Guest Post: Three disgraced MP’s and the Media – Part Two

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Part one of this series covered the blazing end of my political career, and my resignation as an MP in September 2010. I am reliably informed that in the TVNZ section of the Press Gallery, Guyon Espiner  made a dartboard out of a picture of my face, and gleefully celebrated the taking of  my scalp. Six months later, the MP in  the bulls-eye was – but the extent and nature of media coverage of him was somewhat different.

I should make clear that most of what follows is either public information, or information from reliable sources. Where I venture into conjecture,  or where I don’t know something for a fact, I will make that quite clear.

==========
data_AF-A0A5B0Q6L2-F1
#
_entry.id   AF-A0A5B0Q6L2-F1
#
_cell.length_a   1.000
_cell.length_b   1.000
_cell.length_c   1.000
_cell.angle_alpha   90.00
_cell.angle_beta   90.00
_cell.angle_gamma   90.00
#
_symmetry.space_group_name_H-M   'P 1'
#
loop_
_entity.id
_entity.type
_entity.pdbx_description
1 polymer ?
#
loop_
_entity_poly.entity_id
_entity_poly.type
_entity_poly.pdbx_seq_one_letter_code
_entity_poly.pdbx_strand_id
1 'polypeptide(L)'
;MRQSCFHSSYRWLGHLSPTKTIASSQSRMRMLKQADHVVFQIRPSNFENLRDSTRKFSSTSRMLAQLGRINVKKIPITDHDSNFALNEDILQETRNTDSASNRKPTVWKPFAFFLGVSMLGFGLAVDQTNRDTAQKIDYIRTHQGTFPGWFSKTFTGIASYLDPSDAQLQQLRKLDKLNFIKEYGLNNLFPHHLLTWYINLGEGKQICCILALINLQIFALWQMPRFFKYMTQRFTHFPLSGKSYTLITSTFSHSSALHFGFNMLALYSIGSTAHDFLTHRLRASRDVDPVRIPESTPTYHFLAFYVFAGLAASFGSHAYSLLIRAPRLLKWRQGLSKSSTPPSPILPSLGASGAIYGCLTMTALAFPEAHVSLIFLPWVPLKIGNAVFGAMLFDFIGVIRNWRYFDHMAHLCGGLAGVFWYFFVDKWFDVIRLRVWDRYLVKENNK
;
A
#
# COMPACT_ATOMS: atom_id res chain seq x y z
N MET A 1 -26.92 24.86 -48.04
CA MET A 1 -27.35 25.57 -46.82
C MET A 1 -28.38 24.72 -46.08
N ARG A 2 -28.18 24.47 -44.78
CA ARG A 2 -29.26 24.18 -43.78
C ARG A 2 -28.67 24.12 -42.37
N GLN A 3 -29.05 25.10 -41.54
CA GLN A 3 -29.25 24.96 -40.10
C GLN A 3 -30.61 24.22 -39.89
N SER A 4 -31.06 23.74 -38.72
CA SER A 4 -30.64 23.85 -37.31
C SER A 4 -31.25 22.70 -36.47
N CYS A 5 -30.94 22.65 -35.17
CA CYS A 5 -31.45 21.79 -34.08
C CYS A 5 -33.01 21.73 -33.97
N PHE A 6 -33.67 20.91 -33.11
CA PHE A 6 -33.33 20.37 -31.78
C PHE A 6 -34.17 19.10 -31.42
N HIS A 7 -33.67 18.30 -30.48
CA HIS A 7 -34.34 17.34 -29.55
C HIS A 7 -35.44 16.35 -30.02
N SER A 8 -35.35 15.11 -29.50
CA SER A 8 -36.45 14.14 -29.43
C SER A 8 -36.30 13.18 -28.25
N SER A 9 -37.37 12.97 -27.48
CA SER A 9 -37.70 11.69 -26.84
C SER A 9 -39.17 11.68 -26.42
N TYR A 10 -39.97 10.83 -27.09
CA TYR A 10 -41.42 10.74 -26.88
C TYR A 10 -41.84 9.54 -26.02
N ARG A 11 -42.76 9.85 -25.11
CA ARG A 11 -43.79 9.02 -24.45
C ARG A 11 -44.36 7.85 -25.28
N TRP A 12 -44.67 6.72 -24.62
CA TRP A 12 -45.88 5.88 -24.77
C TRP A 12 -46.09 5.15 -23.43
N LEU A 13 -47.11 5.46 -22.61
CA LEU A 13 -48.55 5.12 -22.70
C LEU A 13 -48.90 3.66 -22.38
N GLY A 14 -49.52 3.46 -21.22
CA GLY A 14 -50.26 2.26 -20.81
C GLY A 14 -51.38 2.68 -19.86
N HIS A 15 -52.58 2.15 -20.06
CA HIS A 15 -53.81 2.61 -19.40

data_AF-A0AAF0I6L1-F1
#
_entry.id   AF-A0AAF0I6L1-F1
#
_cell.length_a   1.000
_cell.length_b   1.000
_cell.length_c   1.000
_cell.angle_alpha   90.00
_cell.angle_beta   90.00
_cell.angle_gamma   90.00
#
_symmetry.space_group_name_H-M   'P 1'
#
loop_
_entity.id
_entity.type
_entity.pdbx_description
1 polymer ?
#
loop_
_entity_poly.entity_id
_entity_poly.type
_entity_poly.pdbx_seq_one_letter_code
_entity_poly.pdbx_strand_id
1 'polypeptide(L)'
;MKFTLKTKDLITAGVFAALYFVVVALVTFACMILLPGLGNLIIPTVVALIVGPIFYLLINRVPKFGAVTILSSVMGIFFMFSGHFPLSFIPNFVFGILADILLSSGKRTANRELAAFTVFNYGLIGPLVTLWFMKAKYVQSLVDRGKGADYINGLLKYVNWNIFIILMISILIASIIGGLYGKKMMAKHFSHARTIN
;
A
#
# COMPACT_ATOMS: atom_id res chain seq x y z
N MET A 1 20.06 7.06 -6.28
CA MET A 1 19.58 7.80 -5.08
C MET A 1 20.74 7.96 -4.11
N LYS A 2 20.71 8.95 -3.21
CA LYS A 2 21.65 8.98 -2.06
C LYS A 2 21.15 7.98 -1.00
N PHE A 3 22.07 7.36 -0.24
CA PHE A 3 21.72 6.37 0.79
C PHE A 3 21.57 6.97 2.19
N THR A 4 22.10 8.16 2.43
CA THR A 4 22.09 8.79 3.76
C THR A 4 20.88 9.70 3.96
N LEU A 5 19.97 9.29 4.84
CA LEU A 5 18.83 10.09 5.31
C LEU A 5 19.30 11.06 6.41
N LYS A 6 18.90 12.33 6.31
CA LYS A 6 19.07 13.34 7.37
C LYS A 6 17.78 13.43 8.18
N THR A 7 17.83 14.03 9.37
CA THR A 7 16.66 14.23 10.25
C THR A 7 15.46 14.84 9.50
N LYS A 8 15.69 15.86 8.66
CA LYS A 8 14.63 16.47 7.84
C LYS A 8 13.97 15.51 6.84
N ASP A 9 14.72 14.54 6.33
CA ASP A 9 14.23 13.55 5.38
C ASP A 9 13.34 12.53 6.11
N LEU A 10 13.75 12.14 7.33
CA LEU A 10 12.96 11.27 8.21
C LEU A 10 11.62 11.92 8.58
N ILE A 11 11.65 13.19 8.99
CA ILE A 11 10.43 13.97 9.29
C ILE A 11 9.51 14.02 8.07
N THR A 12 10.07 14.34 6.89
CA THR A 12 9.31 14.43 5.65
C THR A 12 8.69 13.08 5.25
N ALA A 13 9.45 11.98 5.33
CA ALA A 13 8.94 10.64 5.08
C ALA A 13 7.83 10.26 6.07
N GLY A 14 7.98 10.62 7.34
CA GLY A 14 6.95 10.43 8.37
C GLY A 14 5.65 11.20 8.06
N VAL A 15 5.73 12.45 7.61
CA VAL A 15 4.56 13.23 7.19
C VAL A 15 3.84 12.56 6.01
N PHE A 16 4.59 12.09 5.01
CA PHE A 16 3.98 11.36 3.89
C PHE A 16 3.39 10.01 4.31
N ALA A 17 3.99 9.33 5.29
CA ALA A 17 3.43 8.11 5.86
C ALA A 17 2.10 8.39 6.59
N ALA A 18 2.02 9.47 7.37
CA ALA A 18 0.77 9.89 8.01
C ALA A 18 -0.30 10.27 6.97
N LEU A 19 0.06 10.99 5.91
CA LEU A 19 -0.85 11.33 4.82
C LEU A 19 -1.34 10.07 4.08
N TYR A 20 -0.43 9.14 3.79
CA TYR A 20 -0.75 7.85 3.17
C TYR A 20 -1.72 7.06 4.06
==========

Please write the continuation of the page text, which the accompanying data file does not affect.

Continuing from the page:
On  the night of 1  March 2011 Darren Hughes and others were out on the drink in Wellington after a debate at Victoria university. I am informed that he was at the centre  of a group of young Labour activists drinking with him and other  university students. While it later became clear that Hughes is homosexual, it is important to record that this was not widely known at the time. Parliament is a hot bed of gossip, most especially about MP’s personal peccadilloes and problems – it quickly becomes known who is a heavy drinker; who smokes dope or takes other drugs; and who plays musical beds.